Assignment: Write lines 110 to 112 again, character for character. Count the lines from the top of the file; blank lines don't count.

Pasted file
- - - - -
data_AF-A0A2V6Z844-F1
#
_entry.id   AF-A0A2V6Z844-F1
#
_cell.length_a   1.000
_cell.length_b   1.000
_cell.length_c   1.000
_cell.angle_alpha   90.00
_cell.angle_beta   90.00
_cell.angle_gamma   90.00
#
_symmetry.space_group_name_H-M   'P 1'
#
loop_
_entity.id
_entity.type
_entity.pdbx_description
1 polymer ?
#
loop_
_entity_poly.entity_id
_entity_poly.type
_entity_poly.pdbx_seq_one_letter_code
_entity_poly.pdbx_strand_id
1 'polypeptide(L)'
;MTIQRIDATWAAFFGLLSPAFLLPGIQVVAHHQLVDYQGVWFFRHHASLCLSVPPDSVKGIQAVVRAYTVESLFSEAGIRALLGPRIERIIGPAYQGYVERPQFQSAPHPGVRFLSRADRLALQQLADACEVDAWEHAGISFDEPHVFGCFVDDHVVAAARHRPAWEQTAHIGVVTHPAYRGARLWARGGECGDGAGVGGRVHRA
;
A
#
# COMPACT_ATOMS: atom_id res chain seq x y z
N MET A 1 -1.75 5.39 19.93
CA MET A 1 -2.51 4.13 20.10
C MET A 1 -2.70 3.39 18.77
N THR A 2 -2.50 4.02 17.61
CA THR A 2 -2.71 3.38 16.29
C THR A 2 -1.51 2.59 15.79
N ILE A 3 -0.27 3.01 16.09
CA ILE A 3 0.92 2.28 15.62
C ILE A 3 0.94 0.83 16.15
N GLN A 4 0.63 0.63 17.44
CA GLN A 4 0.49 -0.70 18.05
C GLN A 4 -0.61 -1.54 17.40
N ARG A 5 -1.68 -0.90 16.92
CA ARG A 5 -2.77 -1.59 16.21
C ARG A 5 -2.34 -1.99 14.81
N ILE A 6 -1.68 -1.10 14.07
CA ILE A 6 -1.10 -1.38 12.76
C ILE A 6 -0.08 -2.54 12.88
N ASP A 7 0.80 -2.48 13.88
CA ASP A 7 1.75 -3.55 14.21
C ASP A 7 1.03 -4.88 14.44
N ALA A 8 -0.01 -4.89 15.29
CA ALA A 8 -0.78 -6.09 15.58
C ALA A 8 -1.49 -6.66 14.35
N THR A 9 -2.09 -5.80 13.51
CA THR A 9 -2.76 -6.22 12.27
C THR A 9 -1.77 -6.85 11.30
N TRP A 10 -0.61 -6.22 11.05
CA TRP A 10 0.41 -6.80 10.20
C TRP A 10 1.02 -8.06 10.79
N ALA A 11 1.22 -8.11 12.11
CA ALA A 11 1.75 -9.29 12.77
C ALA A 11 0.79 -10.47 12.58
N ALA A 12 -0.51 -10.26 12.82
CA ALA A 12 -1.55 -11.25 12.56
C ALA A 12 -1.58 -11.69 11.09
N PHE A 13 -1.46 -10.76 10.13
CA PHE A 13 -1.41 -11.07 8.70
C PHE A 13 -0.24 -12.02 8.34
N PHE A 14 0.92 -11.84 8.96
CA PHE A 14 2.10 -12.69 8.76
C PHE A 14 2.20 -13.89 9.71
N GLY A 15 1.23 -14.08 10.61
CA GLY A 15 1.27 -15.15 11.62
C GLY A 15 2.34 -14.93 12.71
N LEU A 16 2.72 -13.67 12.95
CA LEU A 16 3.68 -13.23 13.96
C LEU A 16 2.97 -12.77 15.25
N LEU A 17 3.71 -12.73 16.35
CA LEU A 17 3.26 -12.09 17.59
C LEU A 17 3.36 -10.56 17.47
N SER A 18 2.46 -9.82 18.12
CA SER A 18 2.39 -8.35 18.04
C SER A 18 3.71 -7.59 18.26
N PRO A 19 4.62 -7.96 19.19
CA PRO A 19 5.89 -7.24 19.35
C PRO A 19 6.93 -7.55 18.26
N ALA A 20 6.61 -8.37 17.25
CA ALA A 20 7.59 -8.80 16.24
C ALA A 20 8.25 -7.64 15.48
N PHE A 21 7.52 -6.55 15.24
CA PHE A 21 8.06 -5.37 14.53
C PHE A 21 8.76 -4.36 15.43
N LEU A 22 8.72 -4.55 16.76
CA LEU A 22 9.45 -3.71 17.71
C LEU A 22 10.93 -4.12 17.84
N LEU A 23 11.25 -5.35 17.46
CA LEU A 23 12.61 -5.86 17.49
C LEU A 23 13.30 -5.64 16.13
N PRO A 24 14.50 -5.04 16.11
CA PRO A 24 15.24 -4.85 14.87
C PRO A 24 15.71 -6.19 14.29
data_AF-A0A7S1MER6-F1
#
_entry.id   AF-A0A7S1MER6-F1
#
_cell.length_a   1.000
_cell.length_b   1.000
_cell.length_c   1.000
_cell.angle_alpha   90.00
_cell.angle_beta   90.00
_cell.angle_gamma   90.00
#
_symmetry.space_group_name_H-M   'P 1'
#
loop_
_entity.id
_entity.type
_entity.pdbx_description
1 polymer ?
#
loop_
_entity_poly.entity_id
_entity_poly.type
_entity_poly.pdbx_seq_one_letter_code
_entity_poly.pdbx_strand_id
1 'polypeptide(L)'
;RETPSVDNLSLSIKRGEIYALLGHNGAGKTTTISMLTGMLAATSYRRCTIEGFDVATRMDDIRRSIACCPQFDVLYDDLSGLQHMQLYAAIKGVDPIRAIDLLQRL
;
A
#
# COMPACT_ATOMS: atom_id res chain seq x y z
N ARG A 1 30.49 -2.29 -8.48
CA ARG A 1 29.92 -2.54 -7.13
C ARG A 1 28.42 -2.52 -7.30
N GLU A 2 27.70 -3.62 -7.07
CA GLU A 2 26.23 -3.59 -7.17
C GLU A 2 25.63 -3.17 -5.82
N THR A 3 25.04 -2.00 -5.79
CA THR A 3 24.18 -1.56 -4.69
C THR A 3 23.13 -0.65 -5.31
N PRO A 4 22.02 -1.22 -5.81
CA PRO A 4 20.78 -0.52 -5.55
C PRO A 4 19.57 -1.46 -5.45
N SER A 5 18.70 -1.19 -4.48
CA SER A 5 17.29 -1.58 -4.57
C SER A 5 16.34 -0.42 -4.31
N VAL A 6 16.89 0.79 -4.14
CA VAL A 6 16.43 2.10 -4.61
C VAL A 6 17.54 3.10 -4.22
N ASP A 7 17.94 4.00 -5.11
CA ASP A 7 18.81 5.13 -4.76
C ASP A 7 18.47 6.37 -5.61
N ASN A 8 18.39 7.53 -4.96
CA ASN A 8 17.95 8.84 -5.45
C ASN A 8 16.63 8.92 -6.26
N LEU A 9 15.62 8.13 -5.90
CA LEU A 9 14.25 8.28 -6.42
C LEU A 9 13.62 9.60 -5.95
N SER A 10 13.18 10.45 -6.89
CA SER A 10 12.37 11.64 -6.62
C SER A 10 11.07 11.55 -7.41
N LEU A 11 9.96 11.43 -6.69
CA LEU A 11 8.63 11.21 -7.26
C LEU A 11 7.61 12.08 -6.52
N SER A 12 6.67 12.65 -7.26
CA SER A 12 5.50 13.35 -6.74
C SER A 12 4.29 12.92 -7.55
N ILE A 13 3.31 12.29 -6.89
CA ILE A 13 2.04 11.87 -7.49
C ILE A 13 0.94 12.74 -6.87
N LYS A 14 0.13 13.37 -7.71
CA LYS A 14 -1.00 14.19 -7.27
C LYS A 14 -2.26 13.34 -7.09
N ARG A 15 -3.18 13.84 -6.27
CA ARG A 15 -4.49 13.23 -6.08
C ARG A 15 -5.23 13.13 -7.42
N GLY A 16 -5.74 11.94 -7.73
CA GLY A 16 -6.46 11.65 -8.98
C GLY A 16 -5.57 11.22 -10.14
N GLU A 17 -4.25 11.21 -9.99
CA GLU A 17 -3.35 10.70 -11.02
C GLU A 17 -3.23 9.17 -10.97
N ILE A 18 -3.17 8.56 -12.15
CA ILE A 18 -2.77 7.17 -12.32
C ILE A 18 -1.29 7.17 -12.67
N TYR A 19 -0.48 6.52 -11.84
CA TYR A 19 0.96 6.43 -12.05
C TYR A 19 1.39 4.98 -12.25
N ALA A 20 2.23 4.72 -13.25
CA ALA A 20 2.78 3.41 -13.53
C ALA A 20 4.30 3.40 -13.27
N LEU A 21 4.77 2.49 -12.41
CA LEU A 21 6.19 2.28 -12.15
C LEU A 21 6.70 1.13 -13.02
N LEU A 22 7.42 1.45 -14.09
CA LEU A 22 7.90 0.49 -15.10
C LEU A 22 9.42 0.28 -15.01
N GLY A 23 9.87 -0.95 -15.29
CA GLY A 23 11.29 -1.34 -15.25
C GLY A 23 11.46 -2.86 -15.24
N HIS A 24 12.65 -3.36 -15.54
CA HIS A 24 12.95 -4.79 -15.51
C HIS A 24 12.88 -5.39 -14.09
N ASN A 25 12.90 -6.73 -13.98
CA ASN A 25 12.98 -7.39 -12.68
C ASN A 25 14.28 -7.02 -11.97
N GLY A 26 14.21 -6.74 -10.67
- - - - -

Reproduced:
_cell.angle_alpha   90.00
_cell.angle_beta   90.00
_cell.angle_gamma   90.00